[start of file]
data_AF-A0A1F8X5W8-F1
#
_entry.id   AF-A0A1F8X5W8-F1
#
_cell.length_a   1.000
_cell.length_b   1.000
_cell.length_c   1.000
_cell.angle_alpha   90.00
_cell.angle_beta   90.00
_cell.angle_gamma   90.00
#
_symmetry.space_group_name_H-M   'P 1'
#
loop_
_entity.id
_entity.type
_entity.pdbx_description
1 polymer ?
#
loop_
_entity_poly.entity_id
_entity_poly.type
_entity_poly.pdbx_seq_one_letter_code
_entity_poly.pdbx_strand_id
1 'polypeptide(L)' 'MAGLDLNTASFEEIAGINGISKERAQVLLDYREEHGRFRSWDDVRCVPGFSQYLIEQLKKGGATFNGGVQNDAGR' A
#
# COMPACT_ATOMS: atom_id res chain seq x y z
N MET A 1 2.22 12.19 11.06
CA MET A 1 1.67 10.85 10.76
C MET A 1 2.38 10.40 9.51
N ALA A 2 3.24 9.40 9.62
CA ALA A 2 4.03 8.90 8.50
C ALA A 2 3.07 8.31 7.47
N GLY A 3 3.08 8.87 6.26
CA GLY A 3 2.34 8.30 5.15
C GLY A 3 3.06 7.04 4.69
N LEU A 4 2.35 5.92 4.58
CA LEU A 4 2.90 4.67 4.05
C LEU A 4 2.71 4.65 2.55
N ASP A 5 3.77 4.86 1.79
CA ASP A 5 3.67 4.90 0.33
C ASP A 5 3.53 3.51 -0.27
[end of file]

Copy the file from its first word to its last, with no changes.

data_AF-A0A1F8X5W8-F1
#
_entry.id   AF-A0A1F8X5W8-F1
#
_cell.length_a   1.000
_cell.length_b   1.000
_cell.length_c   1.000
_cell.angle_alpha   90.00
_cell.angle_beta   90.00
_cell.angle_gamma   90.00
#
_symmetry.space_group_name_H-M   'P 1'
#
loop_
_entity.id
_entity.type
_entity.pdbx_description
1 polymer ?
#
loop_
_entity_poly.entity_id
_entity_poly.type
_entity_poly.pdbx_seq_one_letter_code
_entity_poly.pdbx_strand_id
1 'polypeptide(L)' 'MAGLDLNTASFEEIAGINGISKERAQVLLDYREEHGRFRSWDDVRCVPGFSQYLIEQLKKGGATFNGGVQNDAGR' A
#
# COMPACT_ATOMS: atom_id res chain seq x y z
N MET A 1 2.22 12.19 11.06
CA MET A 1 1.67 10.85 10.76
C MET A 1 2.38 10.40 9.51
N ALA A 2 3.24 9.40 9.62
CA ALA A 2 4.03 8.90 8.50
C ALA A 2 3.07 8.31 7.47
N GLY A 3 3.08 8.87 6.26
CA GLY A 3 2.34 8.30 5.15
C GLY A 3 3.06 7.04 4.69
N LEU A 4 2.35 5.92 4.58
CA LEU A 4 2.90 4.67 4.05
C LEU A 4 2.71 4.65 2.55
N ASP A 5 3.77 4.86 1.79
CA ASP A 5 3.67 4.90 0.33
C ASP A 5 3.53 3.51 -0.27